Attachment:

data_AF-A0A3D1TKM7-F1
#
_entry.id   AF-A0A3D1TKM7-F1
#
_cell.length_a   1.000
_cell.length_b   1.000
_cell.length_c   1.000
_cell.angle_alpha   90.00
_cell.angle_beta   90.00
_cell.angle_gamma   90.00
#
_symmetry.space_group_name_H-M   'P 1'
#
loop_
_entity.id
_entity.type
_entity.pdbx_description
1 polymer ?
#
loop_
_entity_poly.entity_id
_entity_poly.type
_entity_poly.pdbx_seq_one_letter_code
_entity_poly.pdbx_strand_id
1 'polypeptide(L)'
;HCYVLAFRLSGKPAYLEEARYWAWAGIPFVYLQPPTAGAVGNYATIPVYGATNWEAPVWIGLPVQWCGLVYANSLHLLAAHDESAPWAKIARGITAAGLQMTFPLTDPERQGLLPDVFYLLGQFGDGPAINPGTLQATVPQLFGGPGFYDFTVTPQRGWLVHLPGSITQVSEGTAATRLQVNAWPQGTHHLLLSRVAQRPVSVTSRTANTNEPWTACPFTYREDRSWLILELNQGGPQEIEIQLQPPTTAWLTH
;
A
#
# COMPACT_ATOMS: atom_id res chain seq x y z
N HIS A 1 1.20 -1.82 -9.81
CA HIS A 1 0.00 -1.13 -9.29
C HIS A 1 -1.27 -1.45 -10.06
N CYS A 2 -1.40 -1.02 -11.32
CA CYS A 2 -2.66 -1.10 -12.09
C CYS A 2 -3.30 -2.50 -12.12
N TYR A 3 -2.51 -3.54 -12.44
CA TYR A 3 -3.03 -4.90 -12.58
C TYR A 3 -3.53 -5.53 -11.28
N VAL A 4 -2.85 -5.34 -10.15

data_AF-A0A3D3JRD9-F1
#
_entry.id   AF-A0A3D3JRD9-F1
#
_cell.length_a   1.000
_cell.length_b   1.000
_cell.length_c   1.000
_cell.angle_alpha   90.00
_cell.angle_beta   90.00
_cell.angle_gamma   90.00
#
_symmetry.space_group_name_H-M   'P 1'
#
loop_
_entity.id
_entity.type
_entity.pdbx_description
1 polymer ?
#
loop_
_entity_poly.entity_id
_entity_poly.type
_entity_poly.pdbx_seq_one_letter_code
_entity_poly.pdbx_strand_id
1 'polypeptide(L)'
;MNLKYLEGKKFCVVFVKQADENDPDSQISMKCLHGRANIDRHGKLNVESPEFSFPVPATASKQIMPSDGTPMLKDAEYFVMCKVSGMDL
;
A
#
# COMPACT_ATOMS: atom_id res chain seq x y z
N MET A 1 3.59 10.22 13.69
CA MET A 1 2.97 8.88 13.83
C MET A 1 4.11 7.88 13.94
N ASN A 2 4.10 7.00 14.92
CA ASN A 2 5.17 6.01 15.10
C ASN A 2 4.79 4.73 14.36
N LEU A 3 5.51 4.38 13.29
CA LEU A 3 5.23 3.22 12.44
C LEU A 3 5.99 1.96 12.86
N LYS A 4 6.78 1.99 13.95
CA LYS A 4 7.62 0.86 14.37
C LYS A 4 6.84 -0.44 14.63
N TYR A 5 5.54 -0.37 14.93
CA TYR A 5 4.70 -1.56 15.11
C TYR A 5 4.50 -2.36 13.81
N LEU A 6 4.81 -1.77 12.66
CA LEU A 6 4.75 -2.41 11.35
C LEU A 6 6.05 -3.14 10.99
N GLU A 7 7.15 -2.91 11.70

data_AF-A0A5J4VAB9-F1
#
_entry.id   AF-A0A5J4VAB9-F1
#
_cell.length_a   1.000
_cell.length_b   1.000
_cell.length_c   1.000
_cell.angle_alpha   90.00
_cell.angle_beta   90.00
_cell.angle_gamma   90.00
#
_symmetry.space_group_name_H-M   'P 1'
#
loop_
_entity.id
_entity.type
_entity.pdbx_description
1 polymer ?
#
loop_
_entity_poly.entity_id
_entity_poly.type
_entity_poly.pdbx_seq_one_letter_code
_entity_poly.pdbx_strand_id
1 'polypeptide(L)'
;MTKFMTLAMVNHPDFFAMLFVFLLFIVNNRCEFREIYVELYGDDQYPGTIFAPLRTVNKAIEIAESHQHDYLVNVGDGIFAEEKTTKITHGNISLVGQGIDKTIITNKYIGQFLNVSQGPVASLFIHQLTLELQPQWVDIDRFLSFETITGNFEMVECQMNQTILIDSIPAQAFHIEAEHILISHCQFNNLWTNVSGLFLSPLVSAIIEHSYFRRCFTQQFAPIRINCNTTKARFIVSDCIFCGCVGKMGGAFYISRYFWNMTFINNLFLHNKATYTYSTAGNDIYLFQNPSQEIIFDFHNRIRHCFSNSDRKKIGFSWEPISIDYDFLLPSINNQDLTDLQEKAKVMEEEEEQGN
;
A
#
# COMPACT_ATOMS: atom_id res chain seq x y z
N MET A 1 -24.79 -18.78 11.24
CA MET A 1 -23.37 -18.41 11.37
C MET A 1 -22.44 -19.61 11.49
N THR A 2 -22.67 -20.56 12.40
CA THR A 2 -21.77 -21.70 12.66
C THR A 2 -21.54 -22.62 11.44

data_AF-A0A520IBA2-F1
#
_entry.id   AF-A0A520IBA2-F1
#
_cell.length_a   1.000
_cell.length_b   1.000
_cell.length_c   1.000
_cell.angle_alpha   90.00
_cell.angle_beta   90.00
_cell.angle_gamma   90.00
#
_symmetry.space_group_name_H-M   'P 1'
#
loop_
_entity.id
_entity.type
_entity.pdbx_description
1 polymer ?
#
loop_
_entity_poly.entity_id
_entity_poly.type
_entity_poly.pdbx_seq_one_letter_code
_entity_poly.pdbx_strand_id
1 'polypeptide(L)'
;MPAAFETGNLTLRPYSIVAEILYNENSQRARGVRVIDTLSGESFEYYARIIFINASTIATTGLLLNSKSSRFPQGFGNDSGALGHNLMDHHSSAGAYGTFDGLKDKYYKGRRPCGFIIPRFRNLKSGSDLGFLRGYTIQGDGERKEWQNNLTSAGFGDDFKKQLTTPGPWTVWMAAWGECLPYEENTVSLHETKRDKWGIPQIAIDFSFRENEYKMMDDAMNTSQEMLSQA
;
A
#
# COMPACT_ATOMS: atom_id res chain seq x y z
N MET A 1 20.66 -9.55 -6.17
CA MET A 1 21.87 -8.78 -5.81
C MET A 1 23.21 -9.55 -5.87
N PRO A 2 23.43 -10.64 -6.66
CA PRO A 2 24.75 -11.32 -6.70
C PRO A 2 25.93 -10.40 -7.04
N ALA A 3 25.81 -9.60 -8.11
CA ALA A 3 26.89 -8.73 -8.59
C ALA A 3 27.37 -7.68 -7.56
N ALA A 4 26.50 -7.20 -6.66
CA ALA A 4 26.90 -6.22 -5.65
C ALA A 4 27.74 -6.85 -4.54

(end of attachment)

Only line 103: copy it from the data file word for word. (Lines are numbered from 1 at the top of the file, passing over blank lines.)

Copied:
loop_